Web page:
First, know this: no one is asking me how I pull off my chic, effortless mom-style. Mostly because I’ve been living in the same three $3.97 clearance items from Old Navy for the past 9 weeks. I’ve decided to post about New Mom Style because I’m desperately looking for some for myself. My hope was to find some inspiration in East Anglia, but, well… let’s just say that only 0.02% of people in camel-colored leggings actually can pull it off. And I am certain that leggy lot does not include me.
As our household goods near our tiny new home, my challenge-driven organizing geek side is telling me that many things must go. There are some new realities of my life as a 30-something stay-at-“home” mom/lady of “leisure” – Air quotes because I don’t intend to hang around the house much and any mom knows that there’s nothing leisurely about life (or even tea) with a near-toddler – that make my wardrobe an easy target.
- Professional wear is not ideal mom wear. By the time I’ll need to dress professionally for 250 days each year again, it will be time to update the looks. Plus, I would need a full-time paying job to cover the cost of dry cleaning. Splatters of food cover me from head-to-toe each day. Easy-to-clean is a must.
- Much of what I have doesn’t fit properly. Never mind the 30 pounds I’ve lost over the past decade. Most moms will tell you that pregnancy changes everything, but I’m going to tell you that the caring for a child part matters, too. Hours of bouncing, altering your center of gravity with 20 extra pounds on your hip, toting with one arm an 18 pound car seat that’s holding a human being, pushing an umbrella stroller uphill through gravel… there’s no training for that.
- Sexy is different. Perhaps you have fabulous milk cleavage that you’re proud to showcase, but it’s not effortlessly chic to flash the world when your child pulls down your low cut shirt. Or perhaps your soul has been drained slowly through ineffective nursing that left your child hungry and shrunk your breasts to prepubescent size at a near-geriatric elevation. Maybe you feel less-than-confident about your body because you haven’t found a way to get back to the gym. Though it’s most likely that you’re exhausted, and who the hell cares about being sexy anyway? Nightlife as a new parent means premium cable and a baby that sleeps soundly until morning.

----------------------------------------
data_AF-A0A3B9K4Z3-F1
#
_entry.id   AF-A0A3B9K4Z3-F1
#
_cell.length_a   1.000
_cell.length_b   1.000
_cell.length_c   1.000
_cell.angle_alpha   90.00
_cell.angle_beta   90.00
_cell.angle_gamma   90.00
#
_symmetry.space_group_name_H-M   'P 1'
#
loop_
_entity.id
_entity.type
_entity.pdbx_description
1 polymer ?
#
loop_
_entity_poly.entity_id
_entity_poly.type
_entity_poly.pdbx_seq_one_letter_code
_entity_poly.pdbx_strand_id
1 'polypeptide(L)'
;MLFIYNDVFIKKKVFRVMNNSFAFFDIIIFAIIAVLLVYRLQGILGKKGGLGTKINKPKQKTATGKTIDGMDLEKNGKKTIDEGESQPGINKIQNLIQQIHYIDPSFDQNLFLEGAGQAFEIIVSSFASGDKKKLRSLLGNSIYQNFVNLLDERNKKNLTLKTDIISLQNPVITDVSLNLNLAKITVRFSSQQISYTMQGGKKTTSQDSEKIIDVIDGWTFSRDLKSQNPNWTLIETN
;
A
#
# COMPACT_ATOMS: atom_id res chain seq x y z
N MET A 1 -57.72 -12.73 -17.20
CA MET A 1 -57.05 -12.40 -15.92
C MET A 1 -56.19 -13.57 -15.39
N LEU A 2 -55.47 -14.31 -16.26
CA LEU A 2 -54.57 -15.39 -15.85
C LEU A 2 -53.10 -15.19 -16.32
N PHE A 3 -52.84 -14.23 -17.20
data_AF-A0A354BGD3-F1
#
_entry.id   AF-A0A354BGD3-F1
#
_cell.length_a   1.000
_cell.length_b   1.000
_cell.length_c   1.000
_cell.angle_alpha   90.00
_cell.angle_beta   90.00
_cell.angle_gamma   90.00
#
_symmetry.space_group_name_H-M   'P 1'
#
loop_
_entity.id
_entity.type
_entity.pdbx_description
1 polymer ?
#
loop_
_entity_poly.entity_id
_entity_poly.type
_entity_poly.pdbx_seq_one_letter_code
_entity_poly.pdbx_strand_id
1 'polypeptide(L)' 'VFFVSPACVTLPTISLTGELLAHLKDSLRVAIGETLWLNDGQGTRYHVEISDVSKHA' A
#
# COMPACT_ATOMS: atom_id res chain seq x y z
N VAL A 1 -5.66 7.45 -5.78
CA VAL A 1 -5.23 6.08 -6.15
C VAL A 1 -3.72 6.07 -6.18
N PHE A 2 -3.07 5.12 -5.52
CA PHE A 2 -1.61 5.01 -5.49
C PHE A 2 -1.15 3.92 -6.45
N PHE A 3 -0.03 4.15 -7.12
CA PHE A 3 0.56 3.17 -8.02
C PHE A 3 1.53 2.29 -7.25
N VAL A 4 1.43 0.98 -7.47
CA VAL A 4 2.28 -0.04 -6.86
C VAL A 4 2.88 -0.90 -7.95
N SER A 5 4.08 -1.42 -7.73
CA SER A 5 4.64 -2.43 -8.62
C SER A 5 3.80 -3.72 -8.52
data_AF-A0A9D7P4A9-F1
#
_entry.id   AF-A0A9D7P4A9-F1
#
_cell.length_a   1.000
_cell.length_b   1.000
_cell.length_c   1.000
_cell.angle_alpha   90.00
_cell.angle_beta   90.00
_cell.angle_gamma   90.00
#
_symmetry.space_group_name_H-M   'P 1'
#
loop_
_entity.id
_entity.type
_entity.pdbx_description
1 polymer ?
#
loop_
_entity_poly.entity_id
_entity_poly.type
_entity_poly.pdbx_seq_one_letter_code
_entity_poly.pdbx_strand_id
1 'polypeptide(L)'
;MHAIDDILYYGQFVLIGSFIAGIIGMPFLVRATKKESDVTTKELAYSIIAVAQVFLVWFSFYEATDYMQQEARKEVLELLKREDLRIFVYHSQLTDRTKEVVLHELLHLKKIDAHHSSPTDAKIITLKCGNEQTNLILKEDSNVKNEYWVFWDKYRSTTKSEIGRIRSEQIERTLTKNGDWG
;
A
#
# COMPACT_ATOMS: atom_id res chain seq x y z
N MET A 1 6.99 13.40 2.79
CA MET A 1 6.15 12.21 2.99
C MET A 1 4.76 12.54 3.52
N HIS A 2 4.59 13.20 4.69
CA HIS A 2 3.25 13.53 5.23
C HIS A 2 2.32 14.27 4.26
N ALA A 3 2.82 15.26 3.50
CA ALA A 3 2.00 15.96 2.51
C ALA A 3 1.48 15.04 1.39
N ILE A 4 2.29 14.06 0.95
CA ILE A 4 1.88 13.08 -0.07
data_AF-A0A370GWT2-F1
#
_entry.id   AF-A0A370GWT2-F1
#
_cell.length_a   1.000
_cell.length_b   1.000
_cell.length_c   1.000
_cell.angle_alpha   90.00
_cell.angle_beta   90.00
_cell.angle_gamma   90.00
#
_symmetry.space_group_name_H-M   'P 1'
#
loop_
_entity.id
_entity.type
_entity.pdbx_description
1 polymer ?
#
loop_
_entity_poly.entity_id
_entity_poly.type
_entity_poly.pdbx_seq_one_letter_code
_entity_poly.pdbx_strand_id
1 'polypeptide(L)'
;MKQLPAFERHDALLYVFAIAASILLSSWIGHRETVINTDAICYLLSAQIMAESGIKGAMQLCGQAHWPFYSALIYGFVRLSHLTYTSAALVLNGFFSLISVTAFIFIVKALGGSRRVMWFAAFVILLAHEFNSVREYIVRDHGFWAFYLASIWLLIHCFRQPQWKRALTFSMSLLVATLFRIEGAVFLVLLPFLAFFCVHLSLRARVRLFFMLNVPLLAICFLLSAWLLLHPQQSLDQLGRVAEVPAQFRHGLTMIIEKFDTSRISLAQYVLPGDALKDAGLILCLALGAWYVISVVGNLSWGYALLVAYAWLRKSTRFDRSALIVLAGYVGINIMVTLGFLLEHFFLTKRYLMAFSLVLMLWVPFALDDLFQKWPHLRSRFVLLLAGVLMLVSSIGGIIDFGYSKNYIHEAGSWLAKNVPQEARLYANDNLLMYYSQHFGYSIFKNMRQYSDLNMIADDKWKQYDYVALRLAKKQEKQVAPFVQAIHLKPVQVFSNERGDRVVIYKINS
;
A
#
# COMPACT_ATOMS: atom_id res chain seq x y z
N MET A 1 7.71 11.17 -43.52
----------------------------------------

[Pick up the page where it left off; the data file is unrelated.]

- Nice-looking counts, especially in your 30’s. It seems I now believe that my appearance will set a standard for my kid. Faded, torn, worn stuff certainly doesn’t make me feel like the put-together mom I’d like to be.
So when our stuff gets here, I need to ditch my holey, coffee-stained, dryer-worn weekend clothes and update my look. While I pretty much have the effortless thing down – I suppose it would be even more effortless to forego my personal rule of showering, changing out of my pajamas and not wearing rubber flipflops outside the house – I feel a long way from chic. I’m hoping to put together the New Mom knowledge I’ve gained over the past 8 months with some basic fashion guidance to construct a respectable wardrobe. Here’s what I know:
- Jeans: not too long (because are you really going to wear heels?), not too low cut (because you WILL be on your hands and knees somewhere, either pulling your child out from under a camping chair at a horserace or fishing a toy out from under a booth at a McDonald’s) and able to stay anchored in place through all of the squatting, crawling, pulling, etc. that is inevitable. Oh, and be sure to have usable pockets.
- Skirts: proceed with caution. See “Jeans.”
- Shorts: if you find time to shave and the weather is appropriate, go for it.
- Shirts: easy to launder, not easy to stain, without small beads or sequins that your baby can chew off. See above re: cut. Patterns may be best, and don’t count on black to not show oatmeal.
- Shoes: flats. Just do it. Especially if you live in Europe or a Real city.
- Jewelry: forget it. Unless you want to try out some teething jewelry.
- Jackets: this may be your ticket to style. If you’re wearing one, your kid is probably strapped into a stroller or car seat and your potential for destruction is minimized. And they looooove zippers and buttons and such when you’re desperate for distraction.